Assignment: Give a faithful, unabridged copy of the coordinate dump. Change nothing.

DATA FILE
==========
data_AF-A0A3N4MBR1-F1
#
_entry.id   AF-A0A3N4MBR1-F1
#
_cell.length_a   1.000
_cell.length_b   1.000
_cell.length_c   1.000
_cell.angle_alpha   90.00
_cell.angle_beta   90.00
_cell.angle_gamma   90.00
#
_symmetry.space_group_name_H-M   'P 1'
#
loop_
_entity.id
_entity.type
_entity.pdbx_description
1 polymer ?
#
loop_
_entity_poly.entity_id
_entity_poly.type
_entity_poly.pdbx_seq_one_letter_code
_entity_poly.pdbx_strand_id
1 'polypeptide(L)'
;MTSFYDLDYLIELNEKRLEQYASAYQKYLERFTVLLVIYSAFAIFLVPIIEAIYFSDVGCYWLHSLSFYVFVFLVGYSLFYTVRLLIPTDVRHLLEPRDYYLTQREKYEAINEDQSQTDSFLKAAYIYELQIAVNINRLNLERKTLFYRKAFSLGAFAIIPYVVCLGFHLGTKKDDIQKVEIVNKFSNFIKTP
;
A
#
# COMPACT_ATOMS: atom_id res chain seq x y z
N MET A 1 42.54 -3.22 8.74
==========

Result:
data_AF-A0A3N4MBR1-F1
#
_entry.id   AF-A0A3N4MBR1-F1
#
_cell.length_a   1.000
_cell.length_b   1.000
_cell.length_c   1.000
_cell.angle_alpha   90.00
_cell.angle_beta   90.00
_cell.angle_gamma   90.00
#
_symmetry.space_group_name_H-M   'P 1'
#
loop_
_entity.id
_entity.type
_entity.pdbx_description
1 polymer ?
#
loop_
_entity_poly.entity_id
_entity_poly.type
_entity_poly.pdbx_seq_one_letter_code
_entity_poly.pdbx_strand_id
1 'polypeptide(L)'
;MTSFYDLDYLIELNEKRLEQYASAYQKYLERFTVLLVIYSAFAIFLVPIIEAIYFSDVGCYWLHSLSFYVFVFLVGYSLFYTVRLLIPTDVRHLLEPRDYYLTQREKYEAINEDQSQTDSFLKAAYIYELQIAVNINRLNLERKTLFYRKAFSLGAFAIIPYVVCLGFHLGTKKDDIQKVEIVNKFSNFIKTP
;
A
#
# COMPACT_ATOMS: atom_id res chain seq x y z
N MET A 1 42.54 -3.22 8.74